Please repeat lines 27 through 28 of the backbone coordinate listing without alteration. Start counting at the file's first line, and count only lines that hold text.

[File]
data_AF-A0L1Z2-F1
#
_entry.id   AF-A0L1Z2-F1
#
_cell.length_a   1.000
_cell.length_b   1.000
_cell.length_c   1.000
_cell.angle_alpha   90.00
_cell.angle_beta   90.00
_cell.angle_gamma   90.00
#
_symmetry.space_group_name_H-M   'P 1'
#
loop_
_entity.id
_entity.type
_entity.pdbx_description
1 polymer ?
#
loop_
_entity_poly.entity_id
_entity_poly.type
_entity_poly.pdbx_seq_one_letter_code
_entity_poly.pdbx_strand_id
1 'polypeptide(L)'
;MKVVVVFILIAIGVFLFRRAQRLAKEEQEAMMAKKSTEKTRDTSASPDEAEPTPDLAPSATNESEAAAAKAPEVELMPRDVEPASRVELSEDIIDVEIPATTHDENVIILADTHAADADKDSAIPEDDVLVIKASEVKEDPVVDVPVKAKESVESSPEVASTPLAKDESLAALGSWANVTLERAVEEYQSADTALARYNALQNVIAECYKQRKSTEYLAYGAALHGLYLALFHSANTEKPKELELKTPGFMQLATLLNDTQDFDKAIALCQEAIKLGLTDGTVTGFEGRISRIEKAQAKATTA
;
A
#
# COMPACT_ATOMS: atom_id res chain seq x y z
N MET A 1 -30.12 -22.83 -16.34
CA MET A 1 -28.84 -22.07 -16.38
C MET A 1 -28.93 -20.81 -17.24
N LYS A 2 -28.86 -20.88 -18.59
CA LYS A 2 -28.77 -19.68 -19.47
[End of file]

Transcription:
;
A